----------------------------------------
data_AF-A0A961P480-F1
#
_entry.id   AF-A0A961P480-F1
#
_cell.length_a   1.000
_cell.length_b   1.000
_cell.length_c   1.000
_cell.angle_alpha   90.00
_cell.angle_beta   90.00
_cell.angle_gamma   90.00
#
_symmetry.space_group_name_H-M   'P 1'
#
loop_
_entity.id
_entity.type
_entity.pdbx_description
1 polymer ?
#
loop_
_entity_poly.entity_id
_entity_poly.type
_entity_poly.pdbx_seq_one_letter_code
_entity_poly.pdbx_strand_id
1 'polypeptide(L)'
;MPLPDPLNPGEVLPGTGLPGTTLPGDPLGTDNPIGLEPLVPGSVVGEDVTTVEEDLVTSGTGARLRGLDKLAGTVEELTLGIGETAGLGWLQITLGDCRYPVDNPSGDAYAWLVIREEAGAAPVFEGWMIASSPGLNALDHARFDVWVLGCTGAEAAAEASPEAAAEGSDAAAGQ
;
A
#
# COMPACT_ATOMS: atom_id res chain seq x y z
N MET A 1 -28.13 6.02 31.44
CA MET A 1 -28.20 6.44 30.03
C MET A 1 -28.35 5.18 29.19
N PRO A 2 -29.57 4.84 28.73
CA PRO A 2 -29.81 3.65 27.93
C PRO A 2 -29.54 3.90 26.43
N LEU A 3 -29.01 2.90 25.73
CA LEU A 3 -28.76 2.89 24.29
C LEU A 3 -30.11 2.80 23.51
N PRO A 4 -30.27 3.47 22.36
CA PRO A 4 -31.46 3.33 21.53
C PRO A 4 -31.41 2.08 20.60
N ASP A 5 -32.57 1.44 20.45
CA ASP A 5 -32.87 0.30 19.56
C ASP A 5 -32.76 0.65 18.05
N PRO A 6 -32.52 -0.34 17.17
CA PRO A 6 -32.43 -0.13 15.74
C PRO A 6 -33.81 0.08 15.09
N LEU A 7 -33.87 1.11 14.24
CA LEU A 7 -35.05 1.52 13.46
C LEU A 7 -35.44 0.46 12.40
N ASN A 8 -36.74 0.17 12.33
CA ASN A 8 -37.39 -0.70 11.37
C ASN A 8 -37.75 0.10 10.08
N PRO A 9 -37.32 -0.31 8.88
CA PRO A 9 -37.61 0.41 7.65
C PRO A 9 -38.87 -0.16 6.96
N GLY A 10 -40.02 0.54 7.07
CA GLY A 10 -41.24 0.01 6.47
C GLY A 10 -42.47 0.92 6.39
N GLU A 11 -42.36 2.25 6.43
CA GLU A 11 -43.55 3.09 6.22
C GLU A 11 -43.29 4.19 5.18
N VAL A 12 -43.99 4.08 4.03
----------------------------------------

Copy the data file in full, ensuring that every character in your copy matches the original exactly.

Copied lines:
data_AF-A0A961P480-F1
#
_entry.id   AF-A0A961P480-F1
#
_cell.length_a   1.000
_cell.length_b   1.000
_cell.length_c   1.000
_cell.angle_alpha   90.00
_cell.angle_beta   90.00
_cell.angle_gamma   90.00
#
_symmetry.space_group_name_H-M   'P 1'
#
loop_
_entity.id
_entity.type
_entity.pdbx_description
1 polymer ?
#
loop_
_entity_poly.entity_id
_entity_poly.type
_entity_poly.pdbx_seq_one_letter_code
_entity_poly.pdbx_strand_id
1 'polypeptide(L)'
;MPLPDPLNPGEVLPGTGLPGTTLPGDPLGTDNPIGLEPLVPGSVVGEDVTTVEEDLVTSGTGARLRGLDKLAGTVEELTLGIGETAGLGWLQITLGDCRYPVDNPSGDAYAWLVIREEAGAAPVFEGWMIASSPGLNALDHARFDVWVLGCTGAEAAAEASPEAAAEGSDAAAGQ
;
A
#
# COMPACT_ATOMS: atom_id res chain seq x y z
N MET A 1 -28.13 6.02 31.44
CA MET A 1 -28.20 6.44 30.03
C MET A 1 -28.35 5.18 29.19
N PRO A 2 -29.57 4.84 28.73
CA PRO A 2 -29.81 3.65 27.93
C PRO A 2 -29.54 3.90 26.43
N LEU A 3 -29.01 2.90 25.73
CA LEU A 3 -28.76 2.89 24.29
C LEU A 3 -30.11 2.80 23.51
N PRO A 4 -30.27 3.47 22.36
CA PRO A 4 -31.46 3.33 21.53
C PRO A 4 -31.41 2.08 20.60
N ASP A 5 -32.57 1.44 20.45
CA ASP A 5 -32.87 0.30 19.56
C ASP A 5 -32.76 0.65 18.05
N PRO A 6 -32.52 -0.34 17.17
CA PRO A 6 -32.43 -0.13 15.74
C PRO A 6 -33.81 0.08 15.09
N LEU A 7 -33.87 1.11 14.24
CA LEU A 7 -35.05 1.52 13.46
C LEU A 7 -35.44 0.46 12.40
N ASN A 8 -36.74 0.17 12.33
CA ASN A 8 -37.39 -0.70 11.37
C ASN A 8 -37.75 0.10 10.08
N PRO A 9 -37.32 -0.31 8.88
CA PRO A 9 -37.61 0.41 7.65
C PRO A 9 -38.87 -0.16 6.96
N GLY A 10 -40.02 0.54 7.07
CA GLY A 10 -41.24 0.01 6.47
C GLY A 10 -42.47 0.92 6.39
N GLU A 11 -42.36 2.25 6.43
CA GLU A 11 -43.55 3.09 6.22
C GLU A 11 -43.29 4.19 5.18
N VAL A 12 -43.99 4.08 4.03